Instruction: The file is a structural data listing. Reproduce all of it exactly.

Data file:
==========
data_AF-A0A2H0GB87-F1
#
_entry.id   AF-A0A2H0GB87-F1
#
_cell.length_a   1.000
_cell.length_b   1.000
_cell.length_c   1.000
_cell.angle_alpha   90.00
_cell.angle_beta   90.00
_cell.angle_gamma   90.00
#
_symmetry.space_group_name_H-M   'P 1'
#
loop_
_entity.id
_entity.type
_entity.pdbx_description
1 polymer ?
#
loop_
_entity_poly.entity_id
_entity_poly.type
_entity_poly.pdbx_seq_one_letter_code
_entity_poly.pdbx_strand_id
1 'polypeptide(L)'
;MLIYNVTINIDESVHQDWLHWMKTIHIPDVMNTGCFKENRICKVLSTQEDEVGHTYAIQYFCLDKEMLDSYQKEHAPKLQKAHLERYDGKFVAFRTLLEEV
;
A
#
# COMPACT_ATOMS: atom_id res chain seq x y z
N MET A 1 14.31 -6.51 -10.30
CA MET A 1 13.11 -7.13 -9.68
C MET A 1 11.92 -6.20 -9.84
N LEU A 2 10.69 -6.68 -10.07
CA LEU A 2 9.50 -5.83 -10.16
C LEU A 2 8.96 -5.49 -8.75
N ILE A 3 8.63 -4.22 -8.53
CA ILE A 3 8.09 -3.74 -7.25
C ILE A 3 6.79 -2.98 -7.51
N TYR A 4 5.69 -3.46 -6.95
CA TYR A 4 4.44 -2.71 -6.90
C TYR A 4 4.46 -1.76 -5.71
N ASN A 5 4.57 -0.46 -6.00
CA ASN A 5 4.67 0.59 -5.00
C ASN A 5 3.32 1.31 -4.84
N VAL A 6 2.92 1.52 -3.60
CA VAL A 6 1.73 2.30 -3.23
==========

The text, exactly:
data_AF-A0A2H0GB87-F1
#
_entry.id   AF-A0A2H0GB87-F1
#
_cell.length_a   1.000
_cell.length_b   1.000
_cell.length_c   1.000
_cell.angle_alpha   90.00
_cell.angle_beta   90.00
_cell.angle_gamma   90.00
#
_symmetry.space_group_name_H-M   'P 1'
#
loop_
_entity.id
_entity.type
_entity.pdbx_description
1 polymer ?
#
loop_
_entity_poly.entity_id
_entity_poly.type
_entity_poly.pdbx_seq_one_letter_code
_entity_poly.pdbx_strand_id
1 'polypeptide(L)'
;MLIYNVTINIDESVHQDWLHWMKTIHIPDVMNTGCFKENRICKVLSTQEDEVGHTYAIQYFCLDKEMLDSYQKEHAPKLQKAHLERYDGKFVAFRTLLEEV
;
A
#
# COMPACT_ATOMS: atom_id res chain seq x y z
N MET A 1 14.31 -6.51 -10.30
CA MET A 1 13.11 -7.13 -9.68
C MET A 1 11.92 -6.20 -9.84
N LEU A 2 10.69 -6.68 -10.07
CA LEU A 2 9.50 -5.83 -10.16
C LEU A 2 8.96 -5.49 -8.75
N ILE A 3 8.63 -4.22 -8.53
CA ILE A 3 8.09 -3.74 -7.25
C ILE A 3 6.79 -2.98 -7.51
N TYR A 4 5.69 -3.46 -6.95
CA TYR A 4 4.44 -2.71 -6.90
C TYR A 4 4.46 -1.76 -5.71
N ASN A 5 4.57 -0.46 -6.00
CA ASN A 5 4.67 0.59 -5.00
C ASN A 5 3.32 1.31 -4.84
N VAL A 6 2.92 1.52 -3.60
CA VAL A 6 1.73 2.30 -3.23